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The data scientist job outlook in 2021 remains positive despite a year of challenges.
Indeed's Hiring Lab found that technology job postings were negatively affected by the pandemic. On top of the decline, the technology sector has had a lackluster recovery.
But the data scientist job outlook for 2021 remains bright. Next year shows signs of a strong recovery and increase in the value of data science jobs and the overall tech job market.
According to Glassdoor's 50 Best Jobs in America for 2020, data scientist remains in the top three best positions in the U.S., with a high job satisfaction and median base salary over $100,000. And so despite a decline in position postings, becoming a data scientist remains as desirable as pre-pandemic levels.
Data scientists still growing
But the dramatic job posting decrease doesn't paint the whole picture. The value of data literacy and analytical capacity has not decreased in enterprise, rather the ability for organizations to hire these high-value positions has declined.
"There are no signs that they're going to be less in demand," said Frank Buytendijk, analyst at Gartner. "The number of chief data officers is still increasing."
Organizations are still relatively data illiterate, and data analytics remains a relatively young industry. As data science and analytics continue to grow, acquiring and retaining experienced and knowledgeable in data and analytics employees will be important.
"Data science in a business context goes beyond merely doing research and statistics with data provided to you, as it requires the person to understand the full data pipeline," said Steve Tycast, director of data and analytics at AIM Consulting Group.
In his observations at Gartner, Buytendijk has seen that job postings have added more and more analytical requirements. Successful organizations look to combine skills for data analysis and management. And enterprises ideally hope this combination can come from a small core.
Data scientists and data science teams
The pandemic forced organizations to rethink hiring data scientists. Instead of putting significant funds toward an individual, organizations have sought to build data science teams.
There is a set of skills companies look for when they build their data science team. There must be individuals with business skills and those capable of understanding what your data can be used for and how it can improve business operations. Accompanying them, you need team members with quantitative skills -- those who can understand the models and their limitations. There also must be people on the team with certain technological skills who are capable of handling data management.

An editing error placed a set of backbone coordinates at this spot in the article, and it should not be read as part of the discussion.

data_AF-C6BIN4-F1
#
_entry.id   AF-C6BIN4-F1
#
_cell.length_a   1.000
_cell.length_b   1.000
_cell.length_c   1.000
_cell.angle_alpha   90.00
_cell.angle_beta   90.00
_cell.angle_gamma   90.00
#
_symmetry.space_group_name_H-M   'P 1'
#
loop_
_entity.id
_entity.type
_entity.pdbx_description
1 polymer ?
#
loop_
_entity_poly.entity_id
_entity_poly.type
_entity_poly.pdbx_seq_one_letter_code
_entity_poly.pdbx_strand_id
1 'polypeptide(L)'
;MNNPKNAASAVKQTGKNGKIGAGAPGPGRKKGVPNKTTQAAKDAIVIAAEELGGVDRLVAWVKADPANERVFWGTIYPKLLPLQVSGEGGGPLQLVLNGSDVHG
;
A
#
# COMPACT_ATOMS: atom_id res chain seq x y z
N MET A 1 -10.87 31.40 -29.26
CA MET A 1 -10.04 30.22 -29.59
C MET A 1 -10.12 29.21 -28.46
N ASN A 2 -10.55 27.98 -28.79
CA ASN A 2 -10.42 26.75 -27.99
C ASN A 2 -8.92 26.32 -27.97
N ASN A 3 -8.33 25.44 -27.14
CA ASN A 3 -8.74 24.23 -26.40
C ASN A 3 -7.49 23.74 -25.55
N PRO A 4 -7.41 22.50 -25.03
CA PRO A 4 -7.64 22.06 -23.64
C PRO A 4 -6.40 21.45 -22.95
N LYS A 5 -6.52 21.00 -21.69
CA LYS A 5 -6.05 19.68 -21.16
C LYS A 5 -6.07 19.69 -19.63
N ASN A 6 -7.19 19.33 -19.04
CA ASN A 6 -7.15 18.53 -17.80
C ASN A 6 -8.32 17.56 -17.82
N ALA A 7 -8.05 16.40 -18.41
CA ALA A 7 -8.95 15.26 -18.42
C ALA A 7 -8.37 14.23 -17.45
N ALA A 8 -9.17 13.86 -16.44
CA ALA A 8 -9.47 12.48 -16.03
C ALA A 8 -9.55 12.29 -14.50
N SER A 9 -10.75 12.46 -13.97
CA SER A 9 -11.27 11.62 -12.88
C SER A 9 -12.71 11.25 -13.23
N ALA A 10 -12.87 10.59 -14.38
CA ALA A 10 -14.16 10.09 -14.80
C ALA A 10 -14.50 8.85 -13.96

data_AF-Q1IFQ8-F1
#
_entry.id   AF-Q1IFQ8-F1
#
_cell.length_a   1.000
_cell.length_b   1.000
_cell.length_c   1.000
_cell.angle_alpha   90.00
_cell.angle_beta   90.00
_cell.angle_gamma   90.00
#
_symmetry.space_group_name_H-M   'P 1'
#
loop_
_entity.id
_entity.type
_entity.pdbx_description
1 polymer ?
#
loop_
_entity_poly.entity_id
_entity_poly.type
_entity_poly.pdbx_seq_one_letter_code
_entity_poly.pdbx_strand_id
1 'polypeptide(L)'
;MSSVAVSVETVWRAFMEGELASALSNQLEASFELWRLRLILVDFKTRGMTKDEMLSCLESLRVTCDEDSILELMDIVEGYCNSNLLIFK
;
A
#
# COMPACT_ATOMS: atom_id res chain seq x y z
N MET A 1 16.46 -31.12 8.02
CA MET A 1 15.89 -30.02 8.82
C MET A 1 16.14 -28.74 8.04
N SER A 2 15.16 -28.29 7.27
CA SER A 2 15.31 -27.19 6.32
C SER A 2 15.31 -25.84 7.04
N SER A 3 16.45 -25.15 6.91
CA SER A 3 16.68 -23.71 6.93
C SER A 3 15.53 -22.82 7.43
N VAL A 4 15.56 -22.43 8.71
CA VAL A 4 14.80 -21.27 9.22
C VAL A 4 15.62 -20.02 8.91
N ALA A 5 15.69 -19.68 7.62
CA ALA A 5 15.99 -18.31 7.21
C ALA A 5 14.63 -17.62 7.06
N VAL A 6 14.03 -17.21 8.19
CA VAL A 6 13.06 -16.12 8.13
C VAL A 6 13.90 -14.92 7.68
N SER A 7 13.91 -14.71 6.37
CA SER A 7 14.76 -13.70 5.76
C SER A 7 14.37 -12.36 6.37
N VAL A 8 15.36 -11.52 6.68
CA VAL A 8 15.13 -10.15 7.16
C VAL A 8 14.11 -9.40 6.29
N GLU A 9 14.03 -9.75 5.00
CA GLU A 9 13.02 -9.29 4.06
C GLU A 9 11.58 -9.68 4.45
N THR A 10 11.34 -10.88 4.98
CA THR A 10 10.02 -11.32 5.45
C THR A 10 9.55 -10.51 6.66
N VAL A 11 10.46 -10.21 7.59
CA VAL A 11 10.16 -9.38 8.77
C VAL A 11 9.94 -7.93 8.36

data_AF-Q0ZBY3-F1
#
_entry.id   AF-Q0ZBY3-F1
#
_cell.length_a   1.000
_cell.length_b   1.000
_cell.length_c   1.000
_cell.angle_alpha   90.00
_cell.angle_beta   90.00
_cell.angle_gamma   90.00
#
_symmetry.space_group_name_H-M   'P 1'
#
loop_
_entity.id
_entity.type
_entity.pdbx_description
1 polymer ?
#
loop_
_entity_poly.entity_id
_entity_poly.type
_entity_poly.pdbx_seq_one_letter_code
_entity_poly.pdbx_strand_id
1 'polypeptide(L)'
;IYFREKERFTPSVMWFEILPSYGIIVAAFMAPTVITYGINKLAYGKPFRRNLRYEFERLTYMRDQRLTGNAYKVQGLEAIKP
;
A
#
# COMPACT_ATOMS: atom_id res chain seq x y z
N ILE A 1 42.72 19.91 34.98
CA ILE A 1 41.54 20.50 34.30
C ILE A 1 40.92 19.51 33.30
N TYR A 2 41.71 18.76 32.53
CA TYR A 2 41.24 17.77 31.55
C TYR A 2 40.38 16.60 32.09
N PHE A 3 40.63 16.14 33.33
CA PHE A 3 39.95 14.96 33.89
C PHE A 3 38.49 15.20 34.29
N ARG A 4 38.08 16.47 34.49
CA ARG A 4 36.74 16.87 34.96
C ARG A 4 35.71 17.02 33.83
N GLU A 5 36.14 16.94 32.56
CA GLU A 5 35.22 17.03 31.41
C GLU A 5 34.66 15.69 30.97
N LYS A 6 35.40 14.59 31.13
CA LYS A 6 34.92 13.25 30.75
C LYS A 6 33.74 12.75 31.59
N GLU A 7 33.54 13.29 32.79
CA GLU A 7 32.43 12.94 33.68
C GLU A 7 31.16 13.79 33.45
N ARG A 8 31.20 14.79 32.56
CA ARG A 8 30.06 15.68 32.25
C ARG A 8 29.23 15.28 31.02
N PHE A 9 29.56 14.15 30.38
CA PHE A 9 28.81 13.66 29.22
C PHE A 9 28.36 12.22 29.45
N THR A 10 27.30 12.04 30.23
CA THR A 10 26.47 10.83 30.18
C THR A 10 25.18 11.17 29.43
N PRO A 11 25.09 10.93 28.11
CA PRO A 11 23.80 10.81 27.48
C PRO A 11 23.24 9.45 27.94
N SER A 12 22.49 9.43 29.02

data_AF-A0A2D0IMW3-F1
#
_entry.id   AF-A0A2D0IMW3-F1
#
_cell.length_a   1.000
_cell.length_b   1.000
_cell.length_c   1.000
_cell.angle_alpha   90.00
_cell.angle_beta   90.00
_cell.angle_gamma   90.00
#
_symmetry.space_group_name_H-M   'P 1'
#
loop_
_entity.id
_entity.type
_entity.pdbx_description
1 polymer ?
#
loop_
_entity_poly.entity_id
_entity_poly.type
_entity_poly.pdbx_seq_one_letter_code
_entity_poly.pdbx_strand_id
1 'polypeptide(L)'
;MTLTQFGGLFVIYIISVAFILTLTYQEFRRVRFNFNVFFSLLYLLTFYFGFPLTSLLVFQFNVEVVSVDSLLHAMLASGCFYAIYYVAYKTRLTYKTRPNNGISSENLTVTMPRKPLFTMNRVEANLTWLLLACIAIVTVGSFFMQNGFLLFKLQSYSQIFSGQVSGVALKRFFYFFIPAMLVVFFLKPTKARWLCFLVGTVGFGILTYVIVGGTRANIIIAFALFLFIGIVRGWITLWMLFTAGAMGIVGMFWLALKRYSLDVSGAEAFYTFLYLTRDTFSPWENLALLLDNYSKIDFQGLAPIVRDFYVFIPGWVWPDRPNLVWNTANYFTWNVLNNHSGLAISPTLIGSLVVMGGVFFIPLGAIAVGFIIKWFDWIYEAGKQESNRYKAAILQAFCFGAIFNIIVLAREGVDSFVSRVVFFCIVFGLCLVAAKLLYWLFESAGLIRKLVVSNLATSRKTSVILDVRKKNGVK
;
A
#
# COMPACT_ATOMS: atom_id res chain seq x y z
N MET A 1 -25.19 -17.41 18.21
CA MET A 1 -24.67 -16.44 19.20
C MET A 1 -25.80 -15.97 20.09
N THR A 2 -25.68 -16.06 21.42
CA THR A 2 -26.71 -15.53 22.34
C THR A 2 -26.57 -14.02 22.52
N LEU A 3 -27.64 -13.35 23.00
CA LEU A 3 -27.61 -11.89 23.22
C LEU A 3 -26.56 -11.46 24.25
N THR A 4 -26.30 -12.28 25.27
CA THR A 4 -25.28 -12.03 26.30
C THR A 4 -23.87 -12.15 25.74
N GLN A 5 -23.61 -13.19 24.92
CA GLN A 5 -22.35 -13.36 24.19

"You put people with different skill sets and different assets together in order to create the entity," Buytendijk said. "And the chances that one person is an expert in all three are pretty small, so you try to pull together small teams of people that have crossover skills."
For organizations that are unable or hesitant to commit resources to data science positions, it is necessary to look to multiple hires to solve the overarching problem of gathering, handling and application of data through analytics and machine learning.
Data scientists are often supposed to be the combination of all three and are difficult to find and keep. Their combination of skills and enterprise reliance on data relates to their increased popularity and demand.
"An exceptional candidate has the ability to think critically, demonstrating that they fully understand the business problem and have the ability to walk me through the steps in creating the solution," Tycast said. "It is not just technically delivering a result but showing the successes and failures using various variables and algorithms to derive the best answer."
While the data science job outlook is so strong, it can be a struggle for organizations to keep such high-demand employees. Salaries are competitive and demand is high, so it is more important than ever that your data scientists and analysts are incentivized to stay.
Buytendijk has seen two effective strategies for retention in data scientist jobs. The first is to offer employees a lot of training. Data scientists have a natural curiosity and a strong desire to continue learning.
Offering continued learning opportunities is important, especially if the position isn't inherently challenging for the employee. Buytendijk also said giving data scientists more responsibility and the ability to interact with business executives helps with retention.
This is a sign of the times in the data science field. Incorporation and interaction between the data analytics part of the organization and C-level executives has become a popular trend as enterprise reliance on data has increased. And to reflect this dynamic change, organizations should keep both pillars abreast of one another's operations. Data scientists have become a significant part of the data-focused enterprise and providing these employees with reasonable responsibility and C-level communication only makes sense.